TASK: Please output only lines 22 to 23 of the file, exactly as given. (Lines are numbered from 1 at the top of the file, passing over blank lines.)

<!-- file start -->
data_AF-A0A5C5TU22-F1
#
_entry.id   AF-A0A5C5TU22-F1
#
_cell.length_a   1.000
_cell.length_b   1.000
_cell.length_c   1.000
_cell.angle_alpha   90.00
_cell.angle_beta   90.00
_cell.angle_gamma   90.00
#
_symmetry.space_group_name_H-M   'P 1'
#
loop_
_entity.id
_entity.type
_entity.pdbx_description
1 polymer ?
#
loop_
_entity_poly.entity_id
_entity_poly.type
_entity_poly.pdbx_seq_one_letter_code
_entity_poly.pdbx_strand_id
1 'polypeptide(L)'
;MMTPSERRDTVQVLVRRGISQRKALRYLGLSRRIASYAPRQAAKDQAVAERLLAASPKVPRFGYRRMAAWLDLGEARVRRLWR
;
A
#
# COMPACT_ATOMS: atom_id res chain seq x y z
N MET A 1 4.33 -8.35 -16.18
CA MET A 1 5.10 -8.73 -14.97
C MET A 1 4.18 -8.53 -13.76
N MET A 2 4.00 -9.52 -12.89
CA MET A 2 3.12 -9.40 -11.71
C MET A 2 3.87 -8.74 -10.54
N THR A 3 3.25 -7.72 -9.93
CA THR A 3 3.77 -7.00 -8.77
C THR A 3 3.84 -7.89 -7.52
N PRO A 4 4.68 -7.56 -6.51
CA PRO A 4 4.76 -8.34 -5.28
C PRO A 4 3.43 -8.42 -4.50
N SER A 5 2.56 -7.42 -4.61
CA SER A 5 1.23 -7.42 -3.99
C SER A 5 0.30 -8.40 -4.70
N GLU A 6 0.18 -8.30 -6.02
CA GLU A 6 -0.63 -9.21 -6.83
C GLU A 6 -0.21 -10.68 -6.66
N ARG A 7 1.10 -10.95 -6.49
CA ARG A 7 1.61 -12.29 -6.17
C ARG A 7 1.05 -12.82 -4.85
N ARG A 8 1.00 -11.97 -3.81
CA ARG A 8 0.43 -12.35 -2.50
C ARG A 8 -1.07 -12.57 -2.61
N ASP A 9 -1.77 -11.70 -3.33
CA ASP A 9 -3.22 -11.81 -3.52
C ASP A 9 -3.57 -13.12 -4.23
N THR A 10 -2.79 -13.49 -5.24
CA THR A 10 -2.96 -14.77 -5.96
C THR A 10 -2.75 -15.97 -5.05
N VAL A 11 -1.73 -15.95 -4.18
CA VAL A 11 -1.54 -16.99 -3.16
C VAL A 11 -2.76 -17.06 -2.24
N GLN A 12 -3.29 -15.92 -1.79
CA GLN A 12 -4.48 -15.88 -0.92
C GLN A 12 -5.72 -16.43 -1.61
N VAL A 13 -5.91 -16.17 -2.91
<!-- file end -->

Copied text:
_entity_poly.type
_entity_poly.pdbx_seq_one_letter_code